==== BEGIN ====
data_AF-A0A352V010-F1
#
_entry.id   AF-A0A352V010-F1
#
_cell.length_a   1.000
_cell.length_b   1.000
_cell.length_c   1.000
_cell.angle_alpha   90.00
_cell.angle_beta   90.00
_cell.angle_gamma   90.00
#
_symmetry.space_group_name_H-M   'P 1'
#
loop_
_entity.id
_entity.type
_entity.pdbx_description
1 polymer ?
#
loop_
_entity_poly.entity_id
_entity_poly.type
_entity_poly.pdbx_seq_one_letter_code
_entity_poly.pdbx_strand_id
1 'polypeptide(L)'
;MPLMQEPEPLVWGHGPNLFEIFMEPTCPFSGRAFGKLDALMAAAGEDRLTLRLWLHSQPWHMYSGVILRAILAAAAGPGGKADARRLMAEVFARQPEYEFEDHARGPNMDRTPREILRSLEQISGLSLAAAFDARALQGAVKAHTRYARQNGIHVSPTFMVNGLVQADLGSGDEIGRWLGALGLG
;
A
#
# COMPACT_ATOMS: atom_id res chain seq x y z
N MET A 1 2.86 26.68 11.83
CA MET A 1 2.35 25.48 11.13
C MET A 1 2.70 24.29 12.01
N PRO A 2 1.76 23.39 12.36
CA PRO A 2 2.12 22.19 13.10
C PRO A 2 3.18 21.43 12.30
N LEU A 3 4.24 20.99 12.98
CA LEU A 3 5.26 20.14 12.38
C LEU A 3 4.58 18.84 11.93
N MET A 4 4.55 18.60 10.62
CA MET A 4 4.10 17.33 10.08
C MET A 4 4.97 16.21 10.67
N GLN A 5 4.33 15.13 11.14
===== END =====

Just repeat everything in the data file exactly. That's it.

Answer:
data_AF-A0A352V010-F1
#
_entry.id   AF-A0A352V010-F1
#
_cell.length_a   1.000
_cell.length_b   1.000
_cell.length_c   1.000
_cell.angle_alpha   90.00
_cell.angle_beta   90.00
_cell.angle_gamma   90.00
#
_symmetry.space_group_name_H-M   'P 1'
#
loop_
_entity.id
_entity.type
_entity.pdbx_description
1 polymer ?
#
loop_
_entity_poly.entity_id
_entity_poly.type
_entity_poly.pdbx_seq_one_letter_code
_entity_poly.pdbx_strand_id
1 'polypeptide(L)'
;MPLMQEPEPLVWGHGPNLFEIFMEPTCPFSGRAFGKLDALMAAAGEDRLTLRLWLHSQPWHMYSGVILRAILAAAAGPGGKADARRLMAEVFARQPEYEFEDHARGPNMDRTPREILRSLEQISGLSLAAAFDARALQGAVKAHTRYARQNGIHVSPTFMVNGLVQADLGSGDEIGRWLGALGLG
;
A
#
# COMPACT_ATOMS: atom_id res chain seq x y z
N MET A 1 2.86 26.68 11.83
CA MET A 1 2.35 25.48 11.13
C MET A 1 2.70 24.29 12.01
N PRO A 2 1.76 23.39 12.36
CA PRO A 2 2.12 22.19 13.10
C PRO A 2 3.18 21.43 12.30
N LEU A 3 4.24 20.99 12.98
CA LEU A 3 5.26 20.14 12.38
C LEU A 3 4.58 18.84 11.93
N MET A 4 4.55 18.60 10.62
CA MET A 4 4.10 17.33 10.08
C MET A 4 4.97 16.21 10.67
N GLN A 5 4.33 15.13 11.14